Butcher’s Yard, Corn Exchange Street/Slaughterhouse Lane/Fair Yard
History of the Butcher's Yard Slaughterhouse lane
Corn Exchange Street was previously known as Slaughterhouse Lane and before that, Fair Yard. To the east of the lane was the Beast Market and a slaughter yard. The map published by he Historic Towns Trust of Cambridge in 1800 shows Slaughterhouse Lane and Union Street on the west side of the modern Guildhall site.
The documents in the possession of the firm of Rattee and Kett concerning this site start with the last will and testament of of John Haslop, a sadler and harness maker, dated 26th March 1825. Although the will makes it clear that John wishes his saddle making business carried on after his death, there is recognition that his wife Martha and son Peter also run a butcher’s business. The property that he leaves to his wife lists: the house and premises lately purchased of Daniel Shuttleworth in Benet Street, the slaughterhouse in Slaughterhouse Lane and the butcher’s shop on Market Hill. He directs that after Martha’s death, the slaughterhouse shall become the property of his son Peter.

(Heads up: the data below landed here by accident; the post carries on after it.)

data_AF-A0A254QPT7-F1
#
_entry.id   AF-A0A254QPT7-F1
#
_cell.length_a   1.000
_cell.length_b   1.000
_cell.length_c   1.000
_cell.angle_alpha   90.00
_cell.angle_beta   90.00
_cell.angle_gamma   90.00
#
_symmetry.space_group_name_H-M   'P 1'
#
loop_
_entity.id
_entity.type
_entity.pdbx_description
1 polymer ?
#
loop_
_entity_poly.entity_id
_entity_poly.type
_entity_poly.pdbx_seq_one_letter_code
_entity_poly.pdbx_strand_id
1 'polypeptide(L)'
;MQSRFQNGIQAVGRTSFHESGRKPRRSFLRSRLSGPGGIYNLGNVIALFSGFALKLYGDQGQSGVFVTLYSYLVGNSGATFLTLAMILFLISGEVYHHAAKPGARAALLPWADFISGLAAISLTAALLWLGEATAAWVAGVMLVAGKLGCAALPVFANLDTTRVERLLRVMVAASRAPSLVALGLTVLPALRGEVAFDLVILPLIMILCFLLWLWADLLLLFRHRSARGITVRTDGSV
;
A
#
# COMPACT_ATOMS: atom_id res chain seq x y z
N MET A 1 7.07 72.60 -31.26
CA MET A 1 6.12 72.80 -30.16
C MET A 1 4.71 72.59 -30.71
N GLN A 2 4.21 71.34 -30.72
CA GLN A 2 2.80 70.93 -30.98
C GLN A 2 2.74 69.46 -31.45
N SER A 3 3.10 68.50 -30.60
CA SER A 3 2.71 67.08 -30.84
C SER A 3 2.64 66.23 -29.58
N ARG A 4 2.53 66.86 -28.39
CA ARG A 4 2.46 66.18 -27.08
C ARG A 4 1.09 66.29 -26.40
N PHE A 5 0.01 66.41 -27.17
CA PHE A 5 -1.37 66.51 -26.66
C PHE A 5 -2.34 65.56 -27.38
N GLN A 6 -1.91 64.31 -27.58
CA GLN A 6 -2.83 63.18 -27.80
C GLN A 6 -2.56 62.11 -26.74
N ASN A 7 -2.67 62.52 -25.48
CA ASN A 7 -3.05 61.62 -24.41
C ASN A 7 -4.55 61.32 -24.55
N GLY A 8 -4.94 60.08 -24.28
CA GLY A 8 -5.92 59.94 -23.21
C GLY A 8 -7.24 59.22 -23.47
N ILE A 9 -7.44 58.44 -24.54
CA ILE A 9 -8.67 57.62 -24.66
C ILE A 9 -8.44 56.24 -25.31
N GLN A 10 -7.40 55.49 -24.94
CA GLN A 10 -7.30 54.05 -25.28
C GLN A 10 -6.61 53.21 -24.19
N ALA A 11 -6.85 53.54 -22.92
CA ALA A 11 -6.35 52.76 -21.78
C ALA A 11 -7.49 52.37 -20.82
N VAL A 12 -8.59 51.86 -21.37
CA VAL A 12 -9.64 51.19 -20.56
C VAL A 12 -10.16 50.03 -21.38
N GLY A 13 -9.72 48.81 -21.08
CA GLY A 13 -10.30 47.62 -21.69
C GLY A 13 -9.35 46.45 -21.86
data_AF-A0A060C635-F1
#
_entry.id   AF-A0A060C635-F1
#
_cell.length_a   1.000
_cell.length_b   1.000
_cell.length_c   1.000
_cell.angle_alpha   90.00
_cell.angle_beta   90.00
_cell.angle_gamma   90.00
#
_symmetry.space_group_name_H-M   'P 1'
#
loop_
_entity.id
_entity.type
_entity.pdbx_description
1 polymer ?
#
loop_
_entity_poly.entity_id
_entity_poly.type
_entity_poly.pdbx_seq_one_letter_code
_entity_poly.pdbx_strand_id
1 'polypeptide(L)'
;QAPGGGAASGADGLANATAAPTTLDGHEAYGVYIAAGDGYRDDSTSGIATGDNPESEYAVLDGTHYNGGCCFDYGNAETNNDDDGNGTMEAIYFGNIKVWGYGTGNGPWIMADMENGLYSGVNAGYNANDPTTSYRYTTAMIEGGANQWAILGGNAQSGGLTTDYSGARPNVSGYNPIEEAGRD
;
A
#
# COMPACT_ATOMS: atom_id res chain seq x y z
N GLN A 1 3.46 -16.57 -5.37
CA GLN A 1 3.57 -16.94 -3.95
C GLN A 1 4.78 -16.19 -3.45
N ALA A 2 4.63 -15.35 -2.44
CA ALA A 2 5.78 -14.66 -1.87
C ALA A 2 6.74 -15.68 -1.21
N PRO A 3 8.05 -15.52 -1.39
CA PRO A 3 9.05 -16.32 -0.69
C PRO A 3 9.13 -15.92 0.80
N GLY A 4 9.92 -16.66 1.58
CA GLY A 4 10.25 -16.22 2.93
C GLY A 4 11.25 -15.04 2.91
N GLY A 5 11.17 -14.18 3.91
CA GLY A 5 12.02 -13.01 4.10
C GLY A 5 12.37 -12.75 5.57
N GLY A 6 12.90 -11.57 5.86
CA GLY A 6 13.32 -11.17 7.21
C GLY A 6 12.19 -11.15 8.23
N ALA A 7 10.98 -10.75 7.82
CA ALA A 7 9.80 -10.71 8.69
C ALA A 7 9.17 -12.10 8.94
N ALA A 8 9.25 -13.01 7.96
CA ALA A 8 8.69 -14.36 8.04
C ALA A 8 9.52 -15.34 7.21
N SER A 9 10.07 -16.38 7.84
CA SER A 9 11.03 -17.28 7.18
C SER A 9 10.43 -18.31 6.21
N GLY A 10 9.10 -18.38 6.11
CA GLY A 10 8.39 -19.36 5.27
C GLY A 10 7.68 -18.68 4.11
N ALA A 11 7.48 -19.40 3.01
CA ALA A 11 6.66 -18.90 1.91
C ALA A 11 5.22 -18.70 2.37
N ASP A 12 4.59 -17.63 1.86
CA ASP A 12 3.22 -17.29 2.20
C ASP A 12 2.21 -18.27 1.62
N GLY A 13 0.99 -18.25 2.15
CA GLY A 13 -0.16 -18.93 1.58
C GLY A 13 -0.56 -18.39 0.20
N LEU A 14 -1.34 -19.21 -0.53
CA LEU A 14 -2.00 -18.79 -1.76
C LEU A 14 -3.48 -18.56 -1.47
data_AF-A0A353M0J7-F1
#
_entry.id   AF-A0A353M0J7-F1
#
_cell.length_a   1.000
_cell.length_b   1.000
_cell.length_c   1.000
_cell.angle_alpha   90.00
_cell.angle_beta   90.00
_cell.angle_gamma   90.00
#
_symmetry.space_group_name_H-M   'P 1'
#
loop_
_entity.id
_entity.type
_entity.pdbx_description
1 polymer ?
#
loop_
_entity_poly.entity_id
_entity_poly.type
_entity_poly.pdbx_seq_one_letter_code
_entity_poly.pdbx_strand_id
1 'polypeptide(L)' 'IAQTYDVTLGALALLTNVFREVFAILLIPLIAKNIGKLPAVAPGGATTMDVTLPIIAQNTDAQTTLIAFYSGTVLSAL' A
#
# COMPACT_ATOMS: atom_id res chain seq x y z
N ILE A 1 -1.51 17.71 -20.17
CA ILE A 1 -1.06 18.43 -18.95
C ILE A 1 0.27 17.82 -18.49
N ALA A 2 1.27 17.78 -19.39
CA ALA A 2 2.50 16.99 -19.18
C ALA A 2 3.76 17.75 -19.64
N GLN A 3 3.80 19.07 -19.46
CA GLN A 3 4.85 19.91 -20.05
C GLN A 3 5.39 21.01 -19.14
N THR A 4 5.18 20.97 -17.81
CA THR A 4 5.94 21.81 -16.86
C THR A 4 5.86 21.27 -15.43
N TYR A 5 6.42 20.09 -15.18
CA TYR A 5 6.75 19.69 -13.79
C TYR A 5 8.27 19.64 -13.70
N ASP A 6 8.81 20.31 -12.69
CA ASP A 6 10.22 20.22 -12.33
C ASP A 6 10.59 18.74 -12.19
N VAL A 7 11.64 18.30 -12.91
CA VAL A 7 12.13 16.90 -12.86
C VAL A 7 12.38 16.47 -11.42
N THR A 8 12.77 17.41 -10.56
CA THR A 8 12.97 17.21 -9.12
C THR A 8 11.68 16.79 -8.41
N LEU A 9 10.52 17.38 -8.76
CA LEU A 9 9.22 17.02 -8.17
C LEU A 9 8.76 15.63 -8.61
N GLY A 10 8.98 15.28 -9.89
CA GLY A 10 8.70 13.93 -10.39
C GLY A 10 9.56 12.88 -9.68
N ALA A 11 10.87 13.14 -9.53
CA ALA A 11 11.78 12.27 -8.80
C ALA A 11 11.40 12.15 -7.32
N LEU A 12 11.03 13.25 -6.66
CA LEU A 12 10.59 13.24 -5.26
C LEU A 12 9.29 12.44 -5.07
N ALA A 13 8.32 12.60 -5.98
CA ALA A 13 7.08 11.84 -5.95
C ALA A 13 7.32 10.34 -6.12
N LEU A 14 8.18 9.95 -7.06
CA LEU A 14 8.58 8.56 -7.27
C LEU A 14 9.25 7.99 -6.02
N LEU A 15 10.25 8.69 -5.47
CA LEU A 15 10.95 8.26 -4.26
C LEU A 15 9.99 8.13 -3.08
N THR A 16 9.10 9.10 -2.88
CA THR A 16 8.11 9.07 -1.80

The indenture dated 30th May 1839 between the Borough of Cambridge and Eliza Haslop, widow of Peter Haslop, butcher, concerns the property which had been let originally to John Willimott in 1821 but control of which had passed to Eliza Haslop. At some point the property has been converted into a slaughterhouse with yard, stable and outhouses.
The identure contains a plan of the property. It is on the east side of Slaughterhouse Lane with the stable belonging to the Castle Inn bordering on the north side. The lease is for 40 years and the annual rent is £2 2s plus 2s 6d administrative charge to the Borough Treasurer. However, Eliza still pays £85 for this agreement.
In 1841 Eliza Haslop is listed in the census as a butcher living in Union Street. She is likely to be the same Eliza Haslop as was christened in 1811 in St Bene’t’s Church. She is living with five children, Eliza 10, Ann 8, Alice 6, Sarah 5, Peter 3, as well as Hannah Bailiff 35, Mary Saville 20 and Sarah Canham 20.
In 1854 Eliza Haslop sold the lease to Maria Elizabeth Beales. In 1851 she is married to Samuel Beales, 28, a farmer from Ickleton with 112 acres; in 1861 she is still married to him and he has 249 acres.
An 1870 indenture records further changes of control over the property leading to this agreement with Richard Godeson. Richard Godeson does not appear in the 1871 census but in 1861 he was a whitesmith living at 11 Victoria Street.